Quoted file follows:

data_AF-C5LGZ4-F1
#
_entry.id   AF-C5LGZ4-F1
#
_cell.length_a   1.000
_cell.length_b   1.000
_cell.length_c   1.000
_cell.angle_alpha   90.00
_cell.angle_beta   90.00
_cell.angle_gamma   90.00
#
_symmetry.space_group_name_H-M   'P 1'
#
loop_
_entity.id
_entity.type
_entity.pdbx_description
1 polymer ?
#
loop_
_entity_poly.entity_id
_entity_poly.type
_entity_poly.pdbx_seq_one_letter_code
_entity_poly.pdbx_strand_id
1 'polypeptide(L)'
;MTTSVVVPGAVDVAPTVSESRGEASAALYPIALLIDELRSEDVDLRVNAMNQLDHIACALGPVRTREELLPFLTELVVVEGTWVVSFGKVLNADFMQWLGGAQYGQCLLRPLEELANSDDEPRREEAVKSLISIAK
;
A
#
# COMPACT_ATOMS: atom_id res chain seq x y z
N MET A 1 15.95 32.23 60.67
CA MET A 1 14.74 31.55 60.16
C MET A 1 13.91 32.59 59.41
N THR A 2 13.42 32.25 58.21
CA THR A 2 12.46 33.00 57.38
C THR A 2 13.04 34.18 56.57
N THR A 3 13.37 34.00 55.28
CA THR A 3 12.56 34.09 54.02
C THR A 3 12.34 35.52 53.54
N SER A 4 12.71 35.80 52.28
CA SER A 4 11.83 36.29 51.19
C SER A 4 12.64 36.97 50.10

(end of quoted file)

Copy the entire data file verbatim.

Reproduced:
data_AF-C5LGZ4-F1
#
_entry.id   AF-C5LGZ4-F1
#
_cell.length_a   1.000
_cell.length_b   1.000
_cell.length_c   1.000
_cell.angle_alpha   90.00
_cell.angle_beta   90.00
_cell.angle_gamma   90.00
#
_symmetry.space_group_name_H-M   'P 1'
#
loop_
_entity.id
_entity.type
_entity.pdbx_description
1 polymer ?
#
loop_
_entity_poly.entity_id
_entity_poly.type
_entity_poly.pdbx_seq_one_letter_code
_entity_poly.pdbx_strand_id
1 'polypeptide(L)'
;MTTSVVVPGAVDVAPTVSESRGEASAALYPIALLIDELRSEDVDLRVNAMNQLDHIACALGPVRTREELLPFLTELVVVEGTWVVSFGKVLNADFMQWLGGAQYGQCLLRPLEELANSDDEPRREEAVKSLISIAK
;
A
#
# COMPACT_ATOMS: atom_id res chain seq x y z
N MET A 1 15.95 32.23 60.67
CA MET A 1 14.74 31.55 60.16
C MET A 1 13.91 32.59 59.41
N THR A 2 13.42 32.25 58.21
CA THR A 2 12.46 33.00 57.38
C THR A 2 13.04 34.18 56.57
N THR A 3 13.37 34.00 55.28
CA THR A 3 12.56 34.09 54.02
C THR A 3 12.34 35.52 53.54
N SER A 4 12.71 35.80 52.28
CA SER A 4 11.83 36.29 51.19
C SER A 4 12.64 36.97 50.10